WEST SPRINGFIELD, MA (WGGB/WSHM) -- The Massachusetts Interscholastic Athletic Association (MIAA) has given the green light for some high school sports to play in the fall. But if a school district has chosen full remote learning, the decision to go forward with sports has to go through a separate process.
If a school district is fully remote, it's up to the school committee to decide whether or not sports will play in the fall.
Student-athletes are ready to hit the field for the upcoming sports season, but that all depends on if the district is fully remote, like the Town of South Hadley and the COVID-19 risk level.
"South Hadley went from green to yellow to red," said South Hadley School Committee Chair Kyle Belanger.
According to the MIAA, if a community is considered high risk, as shown in red on the Massachusetts Department of Public Health's (DPH) COVID-19 town-by-town risk assessment, that district will have to push their sports season till February.
"I am pretty confident that we have worked in through our town and our school committee with our administrative teams," he said. "Hopefully, our town seeing a downturn in the number of cases."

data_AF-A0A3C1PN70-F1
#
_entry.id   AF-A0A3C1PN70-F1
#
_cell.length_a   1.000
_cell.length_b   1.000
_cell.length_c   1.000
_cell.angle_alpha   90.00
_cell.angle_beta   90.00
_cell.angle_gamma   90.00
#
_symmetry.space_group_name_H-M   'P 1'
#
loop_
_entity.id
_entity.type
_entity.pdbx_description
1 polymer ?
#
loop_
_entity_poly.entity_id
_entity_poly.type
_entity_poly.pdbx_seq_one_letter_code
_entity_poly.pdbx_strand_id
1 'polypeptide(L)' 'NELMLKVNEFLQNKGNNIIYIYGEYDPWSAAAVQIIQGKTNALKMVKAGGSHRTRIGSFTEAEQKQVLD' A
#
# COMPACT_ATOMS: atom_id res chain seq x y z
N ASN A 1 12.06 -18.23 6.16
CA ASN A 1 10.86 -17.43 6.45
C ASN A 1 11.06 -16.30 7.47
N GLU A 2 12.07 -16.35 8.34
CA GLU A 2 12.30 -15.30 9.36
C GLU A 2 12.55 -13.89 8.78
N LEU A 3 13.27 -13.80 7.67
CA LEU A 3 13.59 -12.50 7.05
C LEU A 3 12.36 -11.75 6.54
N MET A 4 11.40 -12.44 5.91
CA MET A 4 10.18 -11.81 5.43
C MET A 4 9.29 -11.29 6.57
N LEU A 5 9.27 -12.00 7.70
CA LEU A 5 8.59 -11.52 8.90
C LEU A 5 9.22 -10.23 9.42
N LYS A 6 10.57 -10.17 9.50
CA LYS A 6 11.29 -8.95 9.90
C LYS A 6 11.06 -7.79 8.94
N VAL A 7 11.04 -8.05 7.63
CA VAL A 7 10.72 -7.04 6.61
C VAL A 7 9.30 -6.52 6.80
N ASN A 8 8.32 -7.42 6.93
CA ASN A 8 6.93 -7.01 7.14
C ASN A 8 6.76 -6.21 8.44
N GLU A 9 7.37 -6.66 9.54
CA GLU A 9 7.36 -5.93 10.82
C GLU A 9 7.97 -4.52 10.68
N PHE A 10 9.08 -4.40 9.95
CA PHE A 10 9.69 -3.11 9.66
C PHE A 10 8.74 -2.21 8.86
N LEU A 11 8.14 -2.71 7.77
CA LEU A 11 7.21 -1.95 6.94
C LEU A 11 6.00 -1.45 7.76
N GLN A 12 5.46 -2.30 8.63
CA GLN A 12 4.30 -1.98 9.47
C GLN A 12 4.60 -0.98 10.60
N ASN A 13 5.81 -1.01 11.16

Towns or cities in green, yellow or white, and full remote must have their fall sports season approved by their school committee. West Springfield is in green with seven reported COVID-19 cases in the last 14 days.
Mayor William Reichelt said it's important for students to be able to have their outlet.
"I, myself, am in favor of having sports happen. I mean, it is a big part of high school experience, and we are seeing it done safely in the summer," Reichelt noted.
He said the school committee is looking to take a vote on which sports will be allowed come September.